[Date Prev][Date Next]   [Thread Prev][Thread Next]   [Thread Index] [Date Index] [Author Index]

Re: How do a fix a non working kernel installation ?



On Fri, Jul 17, 2009 at 1:19 AM, Seann Clark <nombrandue tsukinokage net> wrote:
linux guy wrote:
No joy.  All I got was the same blinking cursor.  I'm running from the
F9 Live CD.

BTW: chroot above was actually /usr/sbin/chroot.   And the yum problem
with the repos wasn't the repos at all.  The chroot session doesn't
have access to the network.  ping www.google.com returns "unknown
host" in the chroot session, whereas its found from a non chroot
session.

yum -C list kernel shows only the two F11 kernels.  The F12 kernel is gone.

However, if I look at grub. conf in /media/-/boot, the entry for the
F12 kernel is still there !  Furthermore so are the F12 kernel files.
 So I am guessing that rpm didn't remove any of the actual files, even
though it seems to have removed all of the database entries.  GREAT !
I've got a mess on my hands.

This makes sense, because if I do a cd /boot from the chroot session,
it shows a blank directory.   However, if I cd to /media/-/boot, its
definitely not empty.

I think I need to link the /boot directory to /media/-/boot and then
to an rpm -i against the F12 kernel rpm to reinstall the entries into
the database and then do a rpm -e to actually remove the files.

Does that make sense ?  Is there an easier way ?

Thanks


HOWEVER....

On 7/16/09, linux guy <linuxguy123 gmail com> wrote:
 
I think I got it fixed.  Here is what I did in case someone needs it someday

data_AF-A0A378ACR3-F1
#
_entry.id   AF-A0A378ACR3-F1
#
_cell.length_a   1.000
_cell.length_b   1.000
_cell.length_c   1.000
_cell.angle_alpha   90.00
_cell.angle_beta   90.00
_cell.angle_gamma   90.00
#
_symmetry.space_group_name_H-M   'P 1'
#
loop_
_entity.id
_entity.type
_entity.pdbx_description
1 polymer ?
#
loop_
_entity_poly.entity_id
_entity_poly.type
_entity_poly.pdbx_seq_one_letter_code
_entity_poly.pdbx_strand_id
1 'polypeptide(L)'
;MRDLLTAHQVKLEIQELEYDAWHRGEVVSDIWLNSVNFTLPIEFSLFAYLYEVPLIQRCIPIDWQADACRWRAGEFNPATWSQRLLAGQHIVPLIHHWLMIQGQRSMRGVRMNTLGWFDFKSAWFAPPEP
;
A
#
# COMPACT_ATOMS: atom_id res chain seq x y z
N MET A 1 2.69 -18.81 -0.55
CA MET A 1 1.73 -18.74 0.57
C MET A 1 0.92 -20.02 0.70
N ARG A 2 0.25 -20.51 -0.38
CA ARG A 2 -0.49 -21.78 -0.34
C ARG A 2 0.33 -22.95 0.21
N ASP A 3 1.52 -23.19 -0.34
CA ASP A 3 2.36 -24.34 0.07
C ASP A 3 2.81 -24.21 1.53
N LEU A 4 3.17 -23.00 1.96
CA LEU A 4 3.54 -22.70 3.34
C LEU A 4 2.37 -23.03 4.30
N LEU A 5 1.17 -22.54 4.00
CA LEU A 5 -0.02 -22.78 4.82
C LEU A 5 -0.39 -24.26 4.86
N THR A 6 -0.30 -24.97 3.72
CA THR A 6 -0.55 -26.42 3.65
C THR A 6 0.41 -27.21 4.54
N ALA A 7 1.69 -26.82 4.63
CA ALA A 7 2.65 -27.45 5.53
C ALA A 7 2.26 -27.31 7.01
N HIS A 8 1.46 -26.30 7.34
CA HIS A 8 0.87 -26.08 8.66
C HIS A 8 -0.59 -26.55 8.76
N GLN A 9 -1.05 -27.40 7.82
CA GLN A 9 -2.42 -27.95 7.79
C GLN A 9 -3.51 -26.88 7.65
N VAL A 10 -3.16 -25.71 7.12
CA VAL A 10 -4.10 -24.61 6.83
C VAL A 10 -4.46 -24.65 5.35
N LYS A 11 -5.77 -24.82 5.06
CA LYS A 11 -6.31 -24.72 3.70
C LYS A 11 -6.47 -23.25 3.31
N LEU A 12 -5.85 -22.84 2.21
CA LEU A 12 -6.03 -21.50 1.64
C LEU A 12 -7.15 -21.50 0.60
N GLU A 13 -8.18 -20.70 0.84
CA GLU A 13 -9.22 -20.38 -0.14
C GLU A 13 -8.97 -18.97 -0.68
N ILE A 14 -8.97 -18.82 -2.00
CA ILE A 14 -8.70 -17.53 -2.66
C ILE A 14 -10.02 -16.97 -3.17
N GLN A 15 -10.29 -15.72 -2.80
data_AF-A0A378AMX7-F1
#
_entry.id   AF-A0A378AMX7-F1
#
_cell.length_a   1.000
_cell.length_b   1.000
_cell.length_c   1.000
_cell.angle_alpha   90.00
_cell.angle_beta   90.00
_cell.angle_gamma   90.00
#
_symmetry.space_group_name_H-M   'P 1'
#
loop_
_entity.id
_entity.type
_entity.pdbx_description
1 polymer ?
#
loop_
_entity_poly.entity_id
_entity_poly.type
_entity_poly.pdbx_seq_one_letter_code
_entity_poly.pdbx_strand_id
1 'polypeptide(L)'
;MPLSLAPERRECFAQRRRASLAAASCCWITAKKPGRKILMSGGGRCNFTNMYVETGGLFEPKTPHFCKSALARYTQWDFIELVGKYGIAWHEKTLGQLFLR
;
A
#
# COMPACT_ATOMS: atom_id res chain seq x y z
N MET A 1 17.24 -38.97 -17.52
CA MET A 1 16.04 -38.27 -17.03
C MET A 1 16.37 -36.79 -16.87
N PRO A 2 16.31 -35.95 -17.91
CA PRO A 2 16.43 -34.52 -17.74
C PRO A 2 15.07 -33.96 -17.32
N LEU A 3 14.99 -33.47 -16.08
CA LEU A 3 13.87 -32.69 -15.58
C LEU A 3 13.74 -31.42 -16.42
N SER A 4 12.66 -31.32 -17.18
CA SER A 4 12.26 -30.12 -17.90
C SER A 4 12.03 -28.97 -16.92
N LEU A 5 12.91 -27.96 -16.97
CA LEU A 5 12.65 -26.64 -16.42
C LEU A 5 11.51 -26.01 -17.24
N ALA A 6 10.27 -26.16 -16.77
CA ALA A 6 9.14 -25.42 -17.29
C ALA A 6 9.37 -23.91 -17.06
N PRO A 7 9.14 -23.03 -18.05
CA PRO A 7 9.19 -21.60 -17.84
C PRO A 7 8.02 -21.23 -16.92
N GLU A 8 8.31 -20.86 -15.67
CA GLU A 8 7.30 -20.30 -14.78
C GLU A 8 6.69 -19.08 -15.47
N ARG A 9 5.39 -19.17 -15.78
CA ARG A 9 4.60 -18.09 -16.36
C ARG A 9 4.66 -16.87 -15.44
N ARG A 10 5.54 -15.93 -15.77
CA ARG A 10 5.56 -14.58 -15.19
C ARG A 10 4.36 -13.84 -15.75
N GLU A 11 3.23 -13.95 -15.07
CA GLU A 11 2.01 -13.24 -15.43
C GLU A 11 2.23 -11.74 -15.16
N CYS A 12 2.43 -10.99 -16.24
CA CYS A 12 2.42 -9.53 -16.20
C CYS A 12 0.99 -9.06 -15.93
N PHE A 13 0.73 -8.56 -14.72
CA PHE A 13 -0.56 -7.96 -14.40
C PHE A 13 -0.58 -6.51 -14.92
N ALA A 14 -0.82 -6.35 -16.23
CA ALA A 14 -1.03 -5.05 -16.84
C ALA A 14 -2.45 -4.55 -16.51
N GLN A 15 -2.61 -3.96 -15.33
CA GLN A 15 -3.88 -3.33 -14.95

:)

- booted F9 Live.  Just because I had it around.
- opened Dolphin, because it displays the hard drives for the machine
- opened a terminal in Dolphin
- browse to the root directory of the hard drive
- did a pwd in the terminal and found the root of my hard drive was
/media/-/
- su
- chroot /media/-/
- yum -C list kernel  <- did -C because the Fedora repos seem to be
messed up again, thus I only used the local cache data
- yum -C remove kernel-2.6.31-0.69.rc3.fc12
- this resulted in an error due to some unrelated pooched dependencies.
- rpm -e kernel-2.6.31-0.69.rc3.fc12
- this resulted in an error due to some unrelated pooched dependencies
- rpm --nodeps -e kernel-2.6.31-0.69.rc3.fc12
- rpm -e kernel-firmware-2.6.31-0.69.rc3.fc12

I will now reboot and see if my system runs.  I'll report back in a
bit if it does.

On 7/16/09, linux guy <linuxguy123 gmail com> wrote:
   
Will chroot work when the target system has a broken kernel ?   It
keeps running the old kernel ?

I tried using rpm with --dbpath so that it used the F11 rpm data.  It
wouldn't run because of incompatible rpm versions.

On 7/16/09, davide <lists4davide gmail com> wrote:
     
linux guy <linuxguy123 <at> gmail.com> writes:


       
 I am now running from a Fedora 9 live CD I had laying around.  I can
 see the hard drive and its partitions from the live session.  How
 would I fix the F11 installation so it runs again ?  Is it possible to